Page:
The imposition of a third national UK lockdown today presents a unique opportunity for gauging the effectiveness of lockdowns in managing the SARS-CoV-2 pandemic. It is unique because both the previous lockdowns began after deaths had already peaked, meaning that cases had reached their maximum perhaps 3 weeks before that.
Although the curves of both deaths and cases appeared to be unaffected by the additional effect of lockdown in either case, it is possible that they had some minor effect, as modelling by Imperial College has claimed for several countries, but not for Sweden, where in the absence of lockdown, interventions considered trivial elsewhere were concluded to be responsible for reversing the infections. The possibility that natural resolution occurred in all cases was not considered in that study, but is an important possibility.
At the onset of the present lockdown, though, cases, hospitalisations and deaths are all following a more or less linear increase according the latest reliable ONS statistics (24th December), as these ONS screenshots indicate (Figs. 1-3):
This overall pattern is what one would expect for early January in a bad influenza year, as the EuroMOMO data on excess deaths for the last few years shows (Fig. 4), though one should note that, there having been a run of fairly benign winter infection years recently, this chart shows spontaneous decrease in deaths early in early January in most years – a potential confounding factor for our study, unfortunately.
Be that as it may, the present data, combined with the knowledge gained about COVID-19 over the last year, makes it obvious that, if lockdowns are an effective policy, the sudden universal imposition of this one will necessarily produce a noticeable downward “kink” in the case-numbers (subject to the rate of testing remaining constant) in around 6 days from today (the average period from infection to positive PCR test), then a corresponding slowing of hospitalizations perhaps a week after that, and finally a reduction in deaths, or at least a noticeable slowing of increase (“flattening the curve”), around 3 weeks from today.
The last effect, it should be said, may be more difficult to detect, as the increase in deaths is so low already, and not clearly related in degree or natural timing to the other two measures.
Nevertheless, the observation of these effects, or their absence, will give a good indication, in a short time from now, of whether lockdown has had the effects desired and predicted by its advocates. If the effect of lockdowns is negligible (the null hypothesis), as many studies across the world have indicated this year, no such clear change will be seen. These are testable predictions.
Should this lack of effect be observed, experience shows that critics may blame non-compliance by the public rather than the policy itself. This, however, would be misguided: lockdown, with all its associated legal penalties and the extensive use of behavioural psychology (which the WHO has lauded as one of the great gains from this pandemic for future policy), is a practical policy, not a theoretical one. By analogy, one would not criticise laws against fraud on the basis that people still commit it: good laws deal with society as it is, and not as it ought to be: “Politics is the art of the possible” (Bismarck).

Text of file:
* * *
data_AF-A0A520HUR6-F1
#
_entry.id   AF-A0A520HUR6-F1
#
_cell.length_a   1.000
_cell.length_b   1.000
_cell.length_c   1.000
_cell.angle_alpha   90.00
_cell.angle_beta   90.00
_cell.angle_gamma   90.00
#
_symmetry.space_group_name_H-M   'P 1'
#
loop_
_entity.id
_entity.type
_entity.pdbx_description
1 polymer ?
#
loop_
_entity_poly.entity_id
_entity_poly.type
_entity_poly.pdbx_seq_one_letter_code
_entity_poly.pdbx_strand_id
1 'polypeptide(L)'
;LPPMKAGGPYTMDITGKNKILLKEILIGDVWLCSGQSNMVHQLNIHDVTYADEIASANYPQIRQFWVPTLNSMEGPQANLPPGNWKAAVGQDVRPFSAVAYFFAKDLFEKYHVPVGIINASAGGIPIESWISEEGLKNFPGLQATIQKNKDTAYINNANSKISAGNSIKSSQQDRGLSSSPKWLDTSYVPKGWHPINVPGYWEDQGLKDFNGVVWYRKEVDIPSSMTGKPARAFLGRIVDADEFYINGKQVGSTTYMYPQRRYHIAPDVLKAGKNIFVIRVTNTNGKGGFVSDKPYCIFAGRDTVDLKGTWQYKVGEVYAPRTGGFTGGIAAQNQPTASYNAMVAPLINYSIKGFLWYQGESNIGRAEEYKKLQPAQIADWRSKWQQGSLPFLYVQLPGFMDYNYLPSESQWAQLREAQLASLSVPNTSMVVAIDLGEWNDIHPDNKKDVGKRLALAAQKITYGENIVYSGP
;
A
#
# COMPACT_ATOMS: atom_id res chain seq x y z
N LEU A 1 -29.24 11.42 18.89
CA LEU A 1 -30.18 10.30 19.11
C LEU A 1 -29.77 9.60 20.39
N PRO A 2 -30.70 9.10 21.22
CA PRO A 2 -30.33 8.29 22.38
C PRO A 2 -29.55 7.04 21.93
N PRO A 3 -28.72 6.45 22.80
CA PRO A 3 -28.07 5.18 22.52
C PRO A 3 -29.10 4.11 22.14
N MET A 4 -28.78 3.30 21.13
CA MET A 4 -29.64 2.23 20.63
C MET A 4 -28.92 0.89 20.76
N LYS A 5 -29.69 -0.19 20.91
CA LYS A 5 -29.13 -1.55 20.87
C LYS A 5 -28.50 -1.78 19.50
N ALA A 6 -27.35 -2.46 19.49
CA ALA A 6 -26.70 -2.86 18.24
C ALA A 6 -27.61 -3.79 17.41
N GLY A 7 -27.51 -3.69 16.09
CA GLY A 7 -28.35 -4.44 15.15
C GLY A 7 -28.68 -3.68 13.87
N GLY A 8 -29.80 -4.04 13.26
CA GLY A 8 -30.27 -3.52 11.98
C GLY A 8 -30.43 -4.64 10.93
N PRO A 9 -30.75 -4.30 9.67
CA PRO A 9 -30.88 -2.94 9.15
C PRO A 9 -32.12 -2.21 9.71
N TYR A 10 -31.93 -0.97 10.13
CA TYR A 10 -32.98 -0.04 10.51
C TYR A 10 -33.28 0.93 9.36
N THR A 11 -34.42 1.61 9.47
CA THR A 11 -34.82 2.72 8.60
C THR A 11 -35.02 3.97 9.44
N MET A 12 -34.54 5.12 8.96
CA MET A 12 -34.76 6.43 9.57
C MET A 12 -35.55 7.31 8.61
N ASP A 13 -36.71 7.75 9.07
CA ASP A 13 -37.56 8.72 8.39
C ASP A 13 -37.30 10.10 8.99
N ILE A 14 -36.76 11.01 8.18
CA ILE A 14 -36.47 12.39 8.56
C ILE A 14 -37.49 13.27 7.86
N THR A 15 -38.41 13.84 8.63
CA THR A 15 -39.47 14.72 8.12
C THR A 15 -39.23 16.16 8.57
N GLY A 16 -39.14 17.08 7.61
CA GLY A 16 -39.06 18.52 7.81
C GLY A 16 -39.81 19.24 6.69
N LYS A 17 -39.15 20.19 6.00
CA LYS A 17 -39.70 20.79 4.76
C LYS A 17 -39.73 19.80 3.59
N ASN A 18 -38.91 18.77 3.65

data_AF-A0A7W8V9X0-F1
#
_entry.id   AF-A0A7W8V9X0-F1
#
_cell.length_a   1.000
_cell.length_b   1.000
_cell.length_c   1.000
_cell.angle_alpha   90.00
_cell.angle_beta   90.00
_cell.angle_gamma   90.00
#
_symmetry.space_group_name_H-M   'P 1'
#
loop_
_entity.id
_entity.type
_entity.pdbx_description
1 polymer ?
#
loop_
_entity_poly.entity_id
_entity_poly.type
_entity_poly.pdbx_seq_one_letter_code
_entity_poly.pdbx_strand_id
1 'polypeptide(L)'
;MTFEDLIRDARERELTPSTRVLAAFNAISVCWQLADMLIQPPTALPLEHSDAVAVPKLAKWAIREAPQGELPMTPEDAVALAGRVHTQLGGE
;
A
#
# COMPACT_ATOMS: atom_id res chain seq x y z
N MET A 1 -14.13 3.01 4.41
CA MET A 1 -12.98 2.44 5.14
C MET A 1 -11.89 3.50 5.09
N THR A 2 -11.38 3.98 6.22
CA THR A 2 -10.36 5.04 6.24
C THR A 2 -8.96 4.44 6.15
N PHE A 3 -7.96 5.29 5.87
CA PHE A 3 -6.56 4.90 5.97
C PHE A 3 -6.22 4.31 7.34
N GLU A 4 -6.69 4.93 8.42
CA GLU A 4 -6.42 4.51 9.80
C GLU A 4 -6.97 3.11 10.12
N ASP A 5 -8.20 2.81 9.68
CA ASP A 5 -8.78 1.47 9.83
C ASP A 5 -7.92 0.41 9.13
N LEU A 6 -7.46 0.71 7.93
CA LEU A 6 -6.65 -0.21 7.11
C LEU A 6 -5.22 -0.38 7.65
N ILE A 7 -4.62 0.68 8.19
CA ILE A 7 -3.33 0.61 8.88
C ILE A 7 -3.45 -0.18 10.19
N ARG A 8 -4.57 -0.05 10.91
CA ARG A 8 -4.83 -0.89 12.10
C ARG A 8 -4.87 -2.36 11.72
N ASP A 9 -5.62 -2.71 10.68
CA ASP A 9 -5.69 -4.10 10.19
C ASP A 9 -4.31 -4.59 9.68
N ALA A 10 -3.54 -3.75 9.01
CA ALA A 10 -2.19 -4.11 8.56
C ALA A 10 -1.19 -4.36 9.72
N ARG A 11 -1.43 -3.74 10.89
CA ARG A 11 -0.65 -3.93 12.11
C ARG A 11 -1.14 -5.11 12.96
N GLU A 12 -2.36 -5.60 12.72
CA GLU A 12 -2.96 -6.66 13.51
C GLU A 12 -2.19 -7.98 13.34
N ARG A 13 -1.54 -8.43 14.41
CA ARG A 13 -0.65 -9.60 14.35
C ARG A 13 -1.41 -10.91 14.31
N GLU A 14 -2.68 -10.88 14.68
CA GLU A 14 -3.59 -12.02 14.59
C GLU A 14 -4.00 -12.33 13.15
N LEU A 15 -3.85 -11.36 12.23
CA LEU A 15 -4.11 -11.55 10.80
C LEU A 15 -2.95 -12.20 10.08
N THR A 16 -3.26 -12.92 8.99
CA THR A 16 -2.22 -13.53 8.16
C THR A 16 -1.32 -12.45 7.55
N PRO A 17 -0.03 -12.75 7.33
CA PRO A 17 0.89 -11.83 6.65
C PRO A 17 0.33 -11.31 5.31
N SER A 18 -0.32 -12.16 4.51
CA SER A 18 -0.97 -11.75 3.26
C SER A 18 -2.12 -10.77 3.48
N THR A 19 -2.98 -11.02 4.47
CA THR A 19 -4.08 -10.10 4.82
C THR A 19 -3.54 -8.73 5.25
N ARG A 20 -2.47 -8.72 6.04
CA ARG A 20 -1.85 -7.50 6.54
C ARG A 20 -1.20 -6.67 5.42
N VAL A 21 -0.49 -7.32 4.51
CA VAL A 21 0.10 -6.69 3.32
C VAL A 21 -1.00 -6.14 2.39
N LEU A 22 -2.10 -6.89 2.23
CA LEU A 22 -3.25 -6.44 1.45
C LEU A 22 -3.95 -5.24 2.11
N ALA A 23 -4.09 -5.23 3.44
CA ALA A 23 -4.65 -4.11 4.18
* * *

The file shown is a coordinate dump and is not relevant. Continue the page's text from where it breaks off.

Furthermore, such indications of the failure of lockdown overall would also demonstrate that the individual componensts within it, additional to measures already in place in each of the tiers (such as closure of schools, limitations on movement or association and so on) are equally ineffective. Within the next month, then, or even within the next week based on case numbers, it should be possible to determine conclusively the effectiveness, or otherwise, of lockdowns. This time-course is short enough to exclude the possible benefits of mass-vaccination as a confounding effect, which is not yet sufficient to affect the outcomes substantially, but may well confuse the issue if both lockdowns and vaccination are continued into the spring, when in any case seasonal excess deaths would be expected to fall dramatically.
If this lockdown proves not to change the course of cases, hospitalisations and deaths measurably, according to the known natural history of the disease under study, then no doubt SAGE and NERVTAG will have solid grounds for advising the government to abandon such measures immediately, and for the future. Lockdowns will have proved to be an unprecedented and hugely costly experiment that has, regrettably, failed. We are pleased to remember that our government’s mantra throughout this pandemic has been “Follow the Science,” so we may expect this laudable policy to continue in the light of our study.